I've been with my family for a few days. 

I have chased the setting sun across my mother's garden. 


I've been on a porch swing with my sister on the left and my aunt on the right, talking about life.

I've been watching my father in the kitchen. Listening to his quiet words.

I've been holding hands with my grandparents and talking about their first home - a little trailer . . . the first home my mother ever lived in.

Grandparents are a precious thing. Only having two of them left in the world, I try to hug them, hold their hands, and kiss their faces as many times as I can during each visit.

How much life have they lived that I know nothing about? 


I've been thinking about how a person puts down roots and then picks them up again. And how is it we know where to stop and stay a while?

I brought my grandmother's dining room chairs up to my parents' house with me. These chairs haven't been reupholstered in . . . I don't know . . . . a very long time. I got it in my head that I'd do the job myself. Not so difficult, right?

The whole time I pulled and tucked and stapled, I thought about Mimi - my paternal grandmother. I miss her all the time.

I thought about her making such a vast space for children in her life. I always felt like there was space for me in her home. And it was quiet space.

We read stories.

We went for walks.

We cooked.

So here I am pulling out old staples and laying aside old fabric to put on the new.

And the lump in my throat is growing bigger and bigger.

I wonder if she would be proud of me now? Would we sit and talk the way we used to?

And then I think, "What if I had a daughter?"  - I don't have any children.

But what if I had a daughter? . . . I would want her to know about Mimi.


Memories of her music boxes and the mismatched china in the bottom of the dining room hutch . . . me getting into her makeup when I was old enough to know better and her smiling at me, knowing what I'd done, waiting for me to tell the truth. 

Memories of her, brushing my hair in the evening and telling me that I am beautiful. The words sinking in to my little girl brain - she says I'm beautiful. Little girl Sarah believing the words - I know I'm beautiful.


Like the flowers of the field. Like the birds of the air. Taken care of.

I want to wrap myself up in these good moments. My mother's garden. Sally's porch swing and the little St. Francis statue in her yard. Their laughing voices. Forthright conversations with my Dad . . . being called back to myself by a sensible person.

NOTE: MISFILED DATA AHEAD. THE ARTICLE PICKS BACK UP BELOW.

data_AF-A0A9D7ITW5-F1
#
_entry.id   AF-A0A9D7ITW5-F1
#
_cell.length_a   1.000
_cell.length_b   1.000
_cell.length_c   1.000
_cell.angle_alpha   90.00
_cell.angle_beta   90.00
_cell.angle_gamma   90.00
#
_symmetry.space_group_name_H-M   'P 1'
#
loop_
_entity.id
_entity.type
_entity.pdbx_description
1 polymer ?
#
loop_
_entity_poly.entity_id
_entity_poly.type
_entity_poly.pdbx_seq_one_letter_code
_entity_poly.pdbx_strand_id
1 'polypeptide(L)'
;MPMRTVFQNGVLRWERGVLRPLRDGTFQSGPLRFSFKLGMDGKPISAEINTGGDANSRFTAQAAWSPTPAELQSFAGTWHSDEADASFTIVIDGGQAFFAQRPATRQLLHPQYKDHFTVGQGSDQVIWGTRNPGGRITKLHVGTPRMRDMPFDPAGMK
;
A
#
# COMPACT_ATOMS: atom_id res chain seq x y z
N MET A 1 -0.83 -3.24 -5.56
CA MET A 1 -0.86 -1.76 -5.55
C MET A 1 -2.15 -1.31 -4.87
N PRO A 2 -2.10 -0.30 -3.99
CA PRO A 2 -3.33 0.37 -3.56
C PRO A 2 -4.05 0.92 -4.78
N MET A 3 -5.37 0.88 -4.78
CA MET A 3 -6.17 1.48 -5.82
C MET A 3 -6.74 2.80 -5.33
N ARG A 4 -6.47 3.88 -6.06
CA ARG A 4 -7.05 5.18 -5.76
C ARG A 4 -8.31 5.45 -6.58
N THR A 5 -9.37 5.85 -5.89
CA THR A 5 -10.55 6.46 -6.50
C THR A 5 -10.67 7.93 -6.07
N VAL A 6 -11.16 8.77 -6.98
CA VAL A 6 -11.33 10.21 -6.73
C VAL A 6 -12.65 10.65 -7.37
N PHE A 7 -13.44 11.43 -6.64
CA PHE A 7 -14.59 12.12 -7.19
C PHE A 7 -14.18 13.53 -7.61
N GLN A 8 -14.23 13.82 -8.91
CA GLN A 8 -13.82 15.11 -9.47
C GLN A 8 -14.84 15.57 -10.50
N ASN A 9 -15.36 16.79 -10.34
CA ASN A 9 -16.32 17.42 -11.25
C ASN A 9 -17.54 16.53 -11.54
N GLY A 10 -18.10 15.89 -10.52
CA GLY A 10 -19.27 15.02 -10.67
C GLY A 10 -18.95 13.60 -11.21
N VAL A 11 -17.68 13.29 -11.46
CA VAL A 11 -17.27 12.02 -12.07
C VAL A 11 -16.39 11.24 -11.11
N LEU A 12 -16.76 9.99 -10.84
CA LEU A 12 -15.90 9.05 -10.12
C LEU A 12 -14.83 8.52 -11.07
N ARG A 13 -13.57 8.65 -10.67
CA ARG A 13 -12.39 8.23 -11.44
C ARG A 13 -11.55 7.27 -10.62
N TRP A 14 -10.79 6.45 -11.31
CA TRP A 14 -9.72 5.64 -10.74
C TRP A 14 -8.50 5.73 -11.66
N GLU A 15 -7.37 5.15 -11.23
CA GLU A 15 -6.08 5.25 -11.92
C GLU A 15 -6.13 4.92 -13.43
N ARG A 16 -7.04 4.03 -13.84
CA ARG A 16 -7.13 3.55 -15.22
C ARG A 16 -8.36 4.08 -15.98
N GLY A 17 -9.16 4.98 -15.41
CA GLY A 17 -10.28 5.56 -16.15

Everybody knows that families are imperfect.

They falter and fail. Made up of humans, they can't help it. 

My family is no exception. 

It is the grace of the happy/sad feeling that keeps me coming home. 

I see these human people, connected by choice and circumstance, doing their best and loving how they know to. 

It's the best any of us can hope to do, and it's more than enough.

I see kids living in all kinds of situations. I can see this for what it is - a miracle.

Any family that manages to instill love in the heart and mind of a child is a miracle.

Our world is starving for miracles.

I know I've shared this song with a few of you before.

It's a topic that means almost everything to me - let's fill our children with good things.

Let's teach them about love.

Let's tell them how beautiful and strong they are.

Let's allow them to make their own mistakes and assure them that mistakes are normal.

Let's teach them how to pick up and dust off . . . and do better.

Let's fill them with the understanding that we have space for them . . . . space to take walks, space to sit on the porch swing, space to name treasures in the garden.

It isn't that we need to be perfect examples. We can't be that. It's impossible.

It's more important that we are present examples . . . available examples . . . and that we share our truth - that happy/sad grace that is real life. The grace that keeps us coming home long after we're grown up.


This house, with the lion on the front door and the sun sprinkled through the trees, was the place where all of the songs were born before I knew what I would be as a woman.

Grown ups - what we show them and tell them is important. Vital. Formative.

I think often about my peaceful parents - people who have gone out of their way to convince their children that it's better to listen and really hear than to spend this human life yelling at other people . . . and I think, "It could have all been different. And I'm glad it wasn't."

What will we give to our sons and daughters? And how will their roots be planted?

Peace & Goodness,